NR – No Ratio. This reduced documentation type actually fits between SIVA and SIVA. In this program, you don’t provide any income information; you don’t even state a number on the loan application. However, you do provide asset documentation. As you know, in the loan business, cash is king. So, if you have good credit and enough reserves in the bank, underwriters may not care what your income is. So, instead of exaggerating and trying to state an income that is simply not true, it is much safer to go the route of No Ratio. In fact, stated income have been so abused by so many brokers that lenders are cracking down on stated loans and starting to look carefully at the income stated and job type. They will do a sanity check and if the numbers don’t make sense, the loan WILL NOT GO THROUGH. No Ratio is becoming popular because it allows the real estate team to close a transaction as fast as a stated loan, without the increasing risk with the underwriters. Even though the borrower normally has to a pay a small premium for a No Ratio loan, this is a small price to pay when compared to fraud and the risk of losing the escrow deposit when the loan doesn’t come through under another program type. Make sure you discuss with your financing advisor the pros/cons of using stated vs. no ratio on your loan program. As a realtor, you should also be sure that your financing partner is up to speed on the recent mortgage market developments, and not prone to forcing a loan through a stated program where it will ultimately fail and result in avoidable risk and agony to your hard-won transaction!
No Documentation Types:
NINA – No Income No Asset. In this documentation type, borrower provides no documentation, and leaves the income and asset sections blank on the loan application. In other words, borrower discloses absolutely no information about himself/herself except for his/her credit history. The one thing that lenders will verify verbally is employment. They will call the company if the borrower is a W2 employee, and will require a CPA letter if the borrower has been a self-employed individual for at least two years. Other than this, the entire loan decision is made on credit-worthiness. Obviously, pricing will be quite a bit higher than FD or the stated programs. Again, cash is king; so if you are putting enough money down, say at least 35-40% down payment, then your pricing would likely be similar to a FD loan!
ND – No Documentation, or No Income No Asset No Employment. This loan type is generally geared towards retired individuals, or borrowers in between jobs, or just starting out on their own business. Nothing is provided and nothing is considered by the lender except for the credit report. Normally, there is a ceiling on how high the loan amount can go, and how high the LTV (loan-to-value) can be, as these types of loans are perceived to be most risky for the lender. This generally will require a healthy down payment to ensure that the borrower has enough equity at stake and most likely will not default on the loan.
Now, you ready for the quiz? In reality, the only person who needs to know all these formats cold is the mortgage specialist. A good mortgage specialist will know exactly which format, or formats, would best fit his/her client’s situation right after the initial discovery interview. S/he will use this information to help guide the pricing and initial preapproval process, and guide his/her clients to prepare the proper documentations on time. Neither the client nor the agent really need to know about the various loan types. What they need to be sure is that they have a mortgage specialist knowledgeable of all of the new and old documentation types so that the loan can be packaged in a way for minimum underwriting risk and maximum speed to close. Also, if you are an agent who tends to work with busy executives, or families with small children, it also helps to work with a mortgage specialist who is experienced enough to obtain a SIVA or SISA approvals without any pricing penalties to save your clients valuable time – who wants to spend time collecting statements and other documentation when they could be shopping for their next house?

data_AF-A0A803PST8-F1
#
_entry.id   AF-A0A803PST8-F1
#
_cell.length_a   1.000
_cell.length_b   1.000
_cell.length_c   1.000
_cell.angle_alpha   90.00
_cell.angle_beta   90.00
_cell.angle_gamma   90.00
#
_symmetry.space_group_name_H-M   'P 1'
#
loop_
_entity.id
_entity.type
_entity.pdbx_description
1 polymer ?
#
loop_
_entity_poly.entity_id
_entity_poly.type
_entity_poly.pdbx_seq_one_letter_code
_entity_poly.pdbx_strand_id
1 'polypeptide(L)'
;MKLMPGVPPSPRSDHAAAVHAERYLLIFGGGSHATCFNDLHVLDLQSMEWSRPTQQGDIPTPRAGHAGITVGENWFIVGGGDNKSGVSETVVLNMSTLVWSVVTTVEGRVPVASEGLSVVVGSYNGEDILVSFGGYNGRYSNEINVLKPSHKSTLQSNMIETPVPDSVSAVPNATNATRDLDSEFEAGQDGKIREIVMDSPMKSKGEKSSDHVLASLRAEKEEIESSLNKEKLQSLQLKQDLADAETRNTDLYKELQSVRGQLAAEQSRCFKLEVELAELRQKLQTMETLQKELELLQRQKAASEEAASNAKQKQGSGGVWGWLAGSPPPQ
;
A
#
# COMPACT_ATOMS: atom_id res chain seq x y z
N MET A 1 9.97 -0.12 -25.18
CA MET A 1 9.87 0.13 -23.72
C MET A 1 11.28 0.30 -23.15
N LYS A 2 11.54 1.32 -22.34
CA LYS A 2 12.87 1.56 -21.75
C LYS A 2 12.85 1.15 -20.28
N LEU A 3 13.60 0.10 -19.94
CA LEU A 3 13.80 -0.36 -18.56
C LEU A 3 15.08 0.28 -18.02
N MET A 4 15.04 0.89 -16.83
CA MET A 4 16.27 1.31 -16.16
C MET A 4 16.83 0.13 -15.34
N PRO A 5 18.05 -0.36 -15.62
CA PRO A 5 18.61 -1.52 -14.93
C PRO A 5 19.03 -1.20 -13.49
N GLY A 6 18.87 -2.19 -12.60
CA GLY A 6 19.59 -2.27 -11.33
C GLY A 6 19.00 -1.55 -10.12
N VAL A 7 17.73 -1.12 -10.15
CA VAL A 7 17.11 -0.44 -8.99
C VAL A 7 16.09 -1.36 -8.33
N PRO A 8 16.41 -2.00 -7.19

Tags: Buyer and seller tips, Documentation, Financing-Process, For buyers, Full Documentation (FD), Loan-Application, Mortgages, No Documentation (ND), No Income No Assets (NINA), No Ratio (NR), Preapproval, Real estate, Stated Income Stated Assets (SISA), Stated Income Verified Assets (SIVA)
To Preapprove or not to preapprove…that is the question
February 8, 2007
Well, nowadays, and at least in the Bay Area, that is no longer the question. Bay Area buyers have become accustomed to hearing agents, and their friends, emphasize the importance of being “preapproved”. But like many overused and underexplained topic, few people actually fully understand the power of a properly executed preapproval, and how to distinguish it from its more commonplace cousin, a prequalification.
If you are in the market for to buy a home, especially in some of the more competitive neighborhoods of the Bay Area (such as Palo Alto, Menlo Park, Los Altos, Mountain View and San Carlos), your agent – if he or she is any good – will ask you to meet with a qualified mortgage advisor as soon as possible to get prequalified or preapproved. This will serve two main purposes: 1) the agent will be able to serve you best by understanding the range of your affordability and not waste anyone’s time, and 2) you will be able to focus your search on what you know you can comfortably afford and not fall in love with something that was not meant to be. The purpose of the initial meeting with the mortgage specialist is to get “prequalified”; however, you can also get preapproved at the same time. So what’s the difference, and who cares?